Nearly half of Island County’s homeless are working.
This fact is one of several revelations discussed in recent weeks with Island County commissioners as the result of the 2015 point-in-time count performed in January.
“This year we feel we have come closer to what we consider a close coverage count,” said Joanne Pelant, Island County’s housing resource coordinator who organized the count.
The county switched up its methodology this year and recruited more than 100 volunteers who surveyed people who identified themselves as homeless for specific information.
“We can feel really confident about our numbers this year because of this strategy,” Pelant said.
Volunteers counted 147 total adult homeless designated as “unsheltered” and 38 designated as sheltered. The unsheltered definition includes people living in tents, vehicles, parks, woods and in abandoned or substandard structures.
Individuals were only counted as “sheltered” if they were living in emergency shelters or transitional housing associated with a state or county organization. People “doubled up” or living with family and friends, as well as those in hospitals or incarceration were not counted as “homeless,” but were recorded for the state, Pelant said.
When divided by region, 71 of the total homeless were in the Oak Harbor area, 28 were found on South Whidbey and 10 were found in the Coupeville area.
No homeless were found to survey on Camano Island.
Economic drivers are among the top causes of homelessness, Pelant said, something that is common throughout the region.
“Other counties’ charts look very similar to ours,” Pelant said.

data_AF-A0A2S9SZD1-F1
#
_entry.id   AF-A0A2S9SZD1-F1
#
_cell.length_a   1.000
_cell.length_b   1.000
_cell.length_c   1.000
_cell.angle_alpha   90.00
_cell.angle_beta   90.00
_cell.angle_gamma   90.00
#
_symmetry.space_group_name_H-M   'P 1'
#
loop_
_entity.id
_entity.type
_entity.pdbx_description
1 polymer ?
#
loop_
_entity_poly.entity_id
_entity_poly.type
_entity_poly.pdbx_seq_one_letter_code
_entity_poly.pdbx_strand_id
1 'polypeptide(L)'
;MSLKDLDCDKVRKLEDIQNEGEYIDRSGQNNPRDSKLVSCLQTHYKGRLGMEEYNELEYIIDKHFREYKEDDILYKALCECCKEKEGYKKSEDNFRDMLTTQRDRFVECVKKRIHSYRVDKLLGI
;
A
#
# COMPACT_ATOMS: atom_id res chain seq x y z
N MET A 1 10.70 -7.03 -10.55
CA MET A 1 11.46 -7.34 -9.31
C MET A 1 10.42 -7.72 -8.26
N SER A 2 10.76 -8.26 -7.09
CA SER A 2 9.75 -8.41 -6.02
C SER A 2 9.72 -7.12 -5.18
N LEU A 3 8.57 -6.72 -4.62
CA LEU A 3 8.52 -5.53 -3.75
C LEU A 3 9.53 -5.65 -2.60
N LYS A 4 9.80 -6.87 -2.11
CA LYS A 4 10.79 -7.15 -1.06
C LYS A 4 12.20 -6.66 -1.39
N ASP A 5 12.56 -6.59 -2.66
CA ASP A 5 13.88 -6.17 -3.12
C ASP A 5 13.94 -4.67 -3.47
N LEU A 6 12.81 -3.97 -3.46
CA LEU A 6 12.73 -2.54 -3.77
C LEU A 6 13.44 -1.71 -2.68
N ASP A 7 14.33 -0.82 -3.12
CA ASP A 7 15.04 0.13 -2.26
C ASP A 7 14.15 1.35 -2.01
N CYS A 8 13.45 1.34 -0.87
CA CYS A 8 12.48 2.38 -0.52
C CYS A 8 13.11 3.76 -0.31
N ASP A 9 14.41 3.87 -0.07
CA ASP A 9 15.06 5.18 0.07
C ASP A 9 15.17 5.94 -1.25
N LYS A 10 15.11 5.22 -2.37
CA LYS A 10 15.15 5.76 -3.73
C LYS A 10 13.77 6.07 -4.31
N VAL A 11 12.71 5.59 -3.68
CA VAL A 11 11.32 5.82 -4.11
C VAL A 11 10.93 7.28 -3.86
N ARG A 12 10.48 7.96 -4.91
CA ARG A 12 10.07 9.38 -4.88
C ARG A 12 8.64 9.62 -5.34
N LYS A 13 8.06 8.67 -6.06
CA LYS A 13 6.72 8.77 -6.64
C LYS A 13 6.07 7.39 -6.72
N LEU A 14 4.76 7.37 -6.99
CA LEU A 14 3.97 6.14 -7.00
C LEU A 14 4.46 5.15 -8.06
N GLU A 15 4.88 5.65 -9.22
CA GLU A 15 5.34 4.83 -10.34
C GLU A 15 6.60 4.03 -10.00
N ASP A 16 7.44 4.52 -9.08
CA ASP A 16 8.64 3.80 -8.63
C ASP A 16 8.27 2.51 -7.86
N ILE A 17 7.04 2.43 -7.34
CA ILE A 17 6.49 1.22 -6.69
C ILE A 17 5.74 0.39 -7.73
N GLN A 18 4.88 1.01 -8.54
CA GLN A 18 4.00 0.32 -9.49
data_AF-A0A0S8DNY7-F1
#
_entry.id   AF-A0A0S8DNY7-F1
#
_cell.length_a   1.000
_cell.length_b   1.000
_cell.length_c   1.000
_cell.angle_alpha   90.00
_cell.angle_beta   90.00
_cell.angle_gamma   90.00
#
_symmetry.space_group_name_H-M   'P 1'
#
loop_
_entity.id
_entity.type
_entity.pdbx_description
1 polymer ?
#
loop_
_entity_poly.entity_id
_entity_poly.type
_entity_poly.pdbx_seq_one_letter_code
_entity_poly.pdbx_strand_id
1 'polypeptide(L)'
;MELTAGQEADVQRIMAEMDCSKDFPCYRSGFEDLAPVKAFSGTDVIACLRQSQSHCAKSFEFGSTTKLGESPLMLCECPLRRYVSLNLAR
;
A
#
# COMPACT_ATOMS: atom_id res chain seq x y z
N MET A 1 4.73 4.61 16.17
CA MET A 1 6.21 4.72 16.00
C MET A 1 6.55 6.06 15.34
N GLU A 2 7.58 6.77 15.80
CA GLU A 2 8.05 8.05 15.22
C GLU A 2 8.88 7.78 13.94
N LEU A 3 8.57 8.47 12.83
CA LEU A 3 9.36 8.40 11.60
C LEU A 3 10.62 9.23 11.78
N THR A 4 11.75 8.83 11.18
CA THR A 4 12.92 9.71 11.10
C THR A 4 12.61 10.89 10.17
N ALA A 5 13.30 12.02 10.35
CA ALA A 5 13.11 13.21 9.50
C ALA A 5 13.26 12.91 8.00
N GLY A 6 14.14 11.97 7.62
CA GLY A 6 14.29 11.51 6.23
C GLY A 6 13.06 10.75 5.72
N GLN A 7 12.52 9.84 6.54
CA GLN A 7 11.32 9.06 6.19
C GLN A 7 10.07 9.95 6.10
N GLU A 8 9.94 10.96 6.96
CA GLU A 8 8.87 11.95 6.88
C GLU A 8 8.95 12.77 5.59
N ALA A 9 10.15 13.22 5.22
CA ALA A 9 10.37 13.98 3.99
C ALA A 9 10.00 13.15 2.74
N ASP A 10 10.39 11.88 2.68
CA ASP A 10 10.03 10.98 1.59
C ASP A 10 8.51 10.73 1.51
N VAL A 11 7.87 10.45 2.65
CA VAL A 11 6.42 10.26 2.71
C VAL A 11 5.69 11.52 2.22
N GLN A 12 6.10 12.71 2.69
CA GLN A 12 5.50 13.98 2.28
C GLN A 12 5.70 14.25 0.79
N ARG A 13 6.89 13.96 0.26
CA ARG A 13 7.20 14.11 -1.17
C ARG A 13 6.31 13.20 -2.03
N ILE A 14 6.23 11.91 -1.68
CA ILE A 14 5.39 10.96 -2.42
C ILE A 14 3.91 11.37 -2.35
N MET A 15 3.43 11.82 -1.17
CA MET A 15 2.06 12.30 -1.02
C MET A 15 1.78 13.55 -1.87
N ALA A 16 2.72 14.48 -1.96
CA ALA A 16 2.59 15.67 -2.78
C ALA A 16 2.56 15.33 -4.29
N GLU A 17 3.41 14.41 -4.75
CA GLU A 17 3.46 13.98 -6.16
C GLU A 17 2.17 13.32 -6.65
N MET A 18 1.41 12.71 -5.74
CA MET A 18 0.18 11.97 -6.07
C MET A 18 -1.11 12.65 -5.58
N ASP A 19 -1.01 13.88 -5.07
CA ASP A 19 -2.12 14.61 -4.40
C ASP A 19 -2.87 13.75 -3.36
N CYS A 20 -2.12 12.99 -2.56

The top reason for homelessness in Island County was job loss, followed by a family crisis or break up, eviction from a residence and other economic reasons.
Around 42 percent of respondents said they had less than 4 episodes of homeless in the past three years. The remaining respondents reported they had been homeless for more than a year or had more than four episodes of homelessness in the last three years.
Island County Commissioner Helen Price Johnson remarked at a presentation in May how many people were newly homeless.
“Almost half the people are new to crisis, so we’re not stopping people from falling into crisis, we’re creating more,” Price Johnson said.
Around 45 percent reported having full- or part-time work, and closer to 50 percent are living in their vehicles, Pelant reported.
“So they have income but it’s not enough to afford housing,” Pelant said.
Surveys also revealed that of the 109 unsheltered homeless that were surveyed, 76 percent reported having a physical disability, chronic health condition or mental illness.
The count included 65 adult men and 44 adult women, and included 11 families with children, 11 adult households and 43 singles.
Ten individuals reported being veterans and 13 as domestic abuse survivors.
Commissioner Jill Johnson, who proposed that the board have future discussion about solutions, said that the numbers will assist local leaders to “develop some strategies on where we’re going to target.”